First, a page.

SMRs can produce anything from about 50 to 400 megawatts of electricity, so they would be dwarfed by the output of either of the two 1,600MW reactors planned for Hinkley Point. But they can be manufactured in bulk in a factory before being taken to site by truck, train or barge and set up. Rolls-Royce, which makes nuclear reactors for submarines, is designing a 220MW SMR that measures just 16m in height and 4m in diameter.
An SMR also starts earning money and producing electricity far more quickly than a conventional nuclear power station, which can take 10 years or more before it can be commissioned. By contrast, an SMR can be up and running within three to five years of being ordered.
Another plus is that the smaller reactors require far less water for cooling than conventional reactors, so they do not need to be by rivers, lakes or the coast and can be sited nearer where they are needed. This is an important consideration because a great deal of electricity is actually lost in the distribution network. The World Bank estimates the UK loses around 8% of the energy it generates – twice the figure for Germany, South Korea or Israel and slightly higher than the USA, France or Italy.
But small reactors face some of the same problems facing larger units. Safety, for example. And not many cities would welcome a nuclear reactor, however small. For its part the nuclear industry sees the SMR as an adjunct to developments such as Hinkley Point C. The Energy Technologies Institute (ETI), a partnership between global energy and engineering companies and the UK government, concluded that: “Large reactors are best suited for baseload electricity production…. SMRs could fulfil an additional role in a UK low carbon energy system by delivering combined heat and power (CHP).”
Of course, nuclear power has always been controversial and, helped in part by concerns raised after the Fukushima incident following the Japanese earthquake five years ago, there are signs that other major economies are choosing renewable energy rather than the nuclear option. In Germany, nuclear power is being phased out so that it now only contributes 6% of electricity compared to 23% in 2011. Siemens, which built all of Germany’s reactors, has withdrawn from the market.
The US still has a buoyant nuclear industry with companies such as NuScale and Westinghouse also developing SMR technology. But president Barack Obama has called for the US to secure 25% of its electricity from clean, renewable resources by 2025, supported by US$4.5bn of funding for Smart Grid development, deployment, and worker training. The Smart Grid uses digital technology so there can be two-way communication between the utility and its customers, and sensing along the transmission lines. This greater degree of control enables electricity suppliers to cope with the variability of supplies from wind and solar resources, so they can store the electricity when there is a surplus and reduce demand when the supply dips.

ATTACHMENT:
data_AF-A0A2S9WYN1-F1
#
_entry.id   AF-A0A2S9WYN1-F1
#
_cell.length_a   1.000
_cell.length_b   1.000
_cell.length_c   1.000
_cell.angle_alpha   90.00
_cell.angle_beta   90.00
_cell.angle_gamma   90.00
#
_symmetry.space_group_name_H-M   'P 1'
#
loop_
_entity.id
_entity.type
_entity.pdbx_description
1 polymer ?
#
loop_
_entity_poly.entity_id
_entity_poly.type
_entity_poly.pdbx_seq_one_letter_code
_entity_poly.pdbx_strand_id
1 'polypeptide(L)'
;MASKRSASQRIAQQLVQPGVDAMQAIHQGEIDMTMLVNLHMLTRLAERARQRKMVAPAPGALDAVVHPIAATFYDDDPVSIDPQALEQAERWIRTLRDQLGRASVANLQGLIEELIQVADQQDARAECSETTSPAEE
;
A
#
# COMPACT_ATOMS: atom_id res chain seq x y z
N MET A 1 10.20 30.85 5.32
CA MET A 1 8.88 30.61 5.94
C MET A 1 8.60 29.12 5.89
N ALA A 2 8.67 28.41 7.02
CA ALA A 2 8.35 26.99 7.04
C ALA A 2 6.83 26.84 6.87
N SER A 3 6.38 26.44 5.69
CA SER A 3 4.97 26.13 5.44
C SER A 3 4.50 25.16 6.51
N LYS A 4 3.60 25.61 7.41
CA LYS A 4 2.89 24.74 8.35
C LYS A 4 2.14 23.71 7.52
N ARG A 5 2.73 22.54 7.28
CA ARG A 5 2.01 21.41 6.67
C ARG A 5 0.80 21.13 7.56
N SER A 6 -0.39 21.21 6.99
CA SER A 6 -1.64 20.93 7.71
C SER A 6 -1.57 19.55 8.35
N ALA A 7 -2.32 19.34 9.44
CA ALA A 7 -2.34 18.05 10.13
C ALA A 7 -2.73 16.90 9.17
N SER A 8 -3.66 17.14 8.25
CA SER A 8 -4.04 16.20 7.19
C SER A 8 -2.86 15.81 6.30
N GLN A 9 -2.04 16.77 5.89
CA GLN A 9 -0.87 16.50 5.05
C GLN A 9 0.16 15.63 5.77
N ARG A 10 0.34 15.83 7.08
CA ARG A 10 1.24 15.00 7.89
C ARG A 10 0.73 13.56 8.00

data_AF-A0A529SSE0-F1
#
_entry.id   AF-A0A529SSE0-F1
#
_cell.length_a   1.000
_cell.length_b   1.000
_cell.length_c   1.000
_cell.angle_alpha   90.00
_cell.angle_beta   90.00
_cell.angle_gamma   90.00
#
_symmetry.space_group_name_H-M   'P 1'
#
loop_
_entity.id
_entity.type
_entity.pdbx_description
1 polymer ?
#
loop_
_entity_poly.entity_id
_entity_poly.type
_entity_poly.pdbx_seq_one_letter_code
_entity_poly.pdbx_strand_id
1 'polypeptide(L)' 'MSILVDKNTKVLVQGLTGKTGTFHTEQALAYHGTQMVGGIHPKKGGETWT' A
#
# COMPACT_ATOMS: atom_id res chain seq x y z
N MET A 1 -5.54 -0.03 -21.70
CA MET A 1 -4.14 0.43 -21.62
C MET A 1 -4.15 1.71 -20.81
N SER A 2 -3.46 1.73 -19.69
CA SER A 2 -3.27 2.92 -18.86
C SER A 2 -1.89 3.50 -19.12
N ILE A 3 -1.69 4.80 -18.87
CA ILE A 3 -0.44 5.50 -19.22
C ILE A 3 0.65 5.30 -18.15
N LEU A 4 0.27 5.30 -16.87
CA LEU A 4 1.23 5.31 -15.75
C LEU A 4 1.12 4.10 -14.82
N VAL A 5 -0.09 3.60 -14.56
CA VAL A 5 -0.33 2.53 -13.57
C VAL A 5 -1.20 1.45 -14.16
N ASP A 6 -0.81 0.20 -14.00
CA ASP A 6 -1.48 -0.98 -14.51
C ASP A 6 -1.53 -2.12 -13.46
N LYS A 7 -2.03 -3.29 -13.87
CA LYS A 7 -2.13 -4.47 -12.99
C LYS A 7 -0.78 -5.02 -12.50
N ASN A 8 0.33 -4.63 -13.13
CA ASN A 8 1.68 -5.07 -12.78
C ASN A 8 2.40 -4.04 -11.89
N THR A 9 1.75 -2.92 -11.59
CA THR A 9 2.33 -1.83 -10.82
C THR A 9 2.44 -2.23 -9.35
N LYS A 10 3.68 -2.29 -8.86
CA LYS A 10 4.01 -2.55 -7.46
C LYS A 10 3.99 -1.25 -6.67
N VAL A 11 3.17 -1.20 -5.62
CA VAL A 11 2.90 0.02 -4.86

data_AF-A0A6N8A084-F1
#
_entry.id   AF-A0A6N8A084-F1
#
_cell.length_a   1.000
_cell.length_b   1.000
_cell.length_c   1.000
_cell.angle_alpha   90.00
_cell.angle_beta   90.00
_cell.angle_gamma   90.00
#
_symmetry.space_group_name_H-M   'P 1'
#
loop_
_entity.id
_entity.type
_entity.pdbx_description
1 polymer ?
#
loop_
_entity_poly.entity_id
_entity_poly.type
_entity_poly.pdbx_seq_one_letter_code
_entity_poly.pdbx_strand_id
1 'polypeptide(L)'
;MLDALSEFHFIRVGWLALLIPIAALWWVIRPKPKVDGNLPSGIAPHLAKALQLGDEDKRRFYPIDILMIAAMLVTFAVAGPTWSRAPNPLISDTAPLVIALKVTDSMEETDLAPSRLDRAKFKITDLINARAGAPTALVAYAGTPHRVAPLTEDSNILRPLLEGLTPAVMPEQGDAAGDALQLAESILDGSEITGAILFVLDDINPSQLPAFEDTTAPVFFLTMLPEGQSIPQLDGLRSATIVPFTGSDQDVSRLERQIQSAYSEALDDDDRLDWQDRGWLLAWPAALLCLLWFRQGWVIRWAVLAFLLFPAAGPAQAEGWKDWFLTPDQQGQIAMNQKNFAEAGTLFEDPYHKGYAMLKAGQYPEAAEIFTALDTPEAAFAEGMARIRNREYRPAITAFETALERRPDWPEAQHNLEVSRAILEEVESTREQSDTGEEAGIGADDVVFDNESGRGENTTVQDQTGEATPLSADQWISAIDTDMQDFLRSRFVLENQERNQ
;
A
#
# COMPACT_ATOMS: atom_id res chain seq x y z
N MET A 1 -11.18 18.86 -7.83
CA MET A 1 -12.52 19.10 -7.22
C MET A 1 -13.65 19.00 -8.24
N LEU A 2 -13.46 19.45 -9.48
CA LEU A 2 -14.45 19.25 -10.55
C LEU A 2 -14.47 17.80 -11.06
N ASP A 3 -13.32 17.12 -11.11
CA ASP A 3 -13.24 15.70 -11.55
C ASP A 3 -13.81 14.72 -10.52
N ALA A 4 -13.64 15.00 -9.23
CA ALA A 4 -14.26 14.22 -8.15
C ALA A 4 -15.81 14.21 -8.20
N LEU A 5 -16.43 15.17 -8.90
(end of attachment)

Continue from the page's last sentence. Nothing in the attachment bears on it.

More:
This might seem idealistic but no less a player than IBM has entered the market, arguing that the energy sector is about to be transformed by technology and that the long- term move is towards all electricity – 100% – to be generated from renewable sources. At a recent conference it introduced an initiative called Opus: a ‘framework to optimally plan and orchestrate energy systems of the future’ to integrate renewable energy sources with power stations, or ‘ageing assets’ as it terms them.
Against this background it seems plain that tempting though Hinkley Point C might seem in terms of jobs and investment, it raises serious and substantial issues that have yet to be tackled.
HS2 "not as risky"
The £50bn HS2 project is another troubled megaproject that has been beset with a long list of woes and attracted dedicated opposition from a remarkable range of sources.
But, according to Dr Atif Ansar of the Saïd Business School, it is not nearly as risky as Hinkley Point C because the cost overruns are unlikely to be of the same order.
“Big railways, as an asset class, tend to have cost overruns on average of around 45%. HS2 is a risky project with a lot of uncertainty but, if it goes wrong, it won’t drown the UK economically. Instead it will cost us more than we budgeted for but that won’t be catastrophic,” he says.
The challenge for HS2 will be to introduce the concept of modularity, so that the same components and designs are re-used throughout the project and can also be employed in other projects.
“For instance, can HS2 design one station or interchange that can be replicated over and over again instead of designing each individually?” he asks.
“Madrid Metro certainly did that. They designed one station that was copied down to the last bolt and that resulted in massive cost savings,” he notes. “The Jubilee line cost ten times as much to build per kilometre.”
Modularity alone will not solve all the issues associated with large infrastructure projects but, says Ansar, design can alleviate many of the issues and unexpected delays that can arise when each element is bespoke. This is because everything has been tried and tested in advance.
And, for HS2, the problems keep cropping up. In March Professor Peter Woodward, a reader in railways and geotechnical engineering at Heriot-Watt University, found that the 225mph line speed proposed proposed for HS2 – faster than any other high-speed line in the world – would create “critical track velocity effects” and “significant issues” with track instability.
He said that the ballasted track of the kind to be used by HS2 “may not be able to adequately retain the track geometry” and that “embankment instability, particularly over poor soils … will generate significant issues during construction and operational running”. Roughly a third of the route, 107 miles, will run on embankments. There are two potential answers, both of which would erode the project’s benefit-cost ratio. The first is to run slower trains, adopting the industry standard of 186mph, so that the London-Birmingham journey time would only be 15 minutes faster and the benefit-cost ratio would be 15 per cent less. The second is to stiffen the ground by laying the track on a concrete slab, which would be more expensive and would make the trains noisier.
In the meantime the National Audit Office has started its third report on HS2.
1. Based on Schlissel and Biewald's 2008 review of the US Congressional Budget Office (CBO) data from Energy Information Administration
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This article was published on 18 Oct 2016 (last updated on 5 Nov 2016).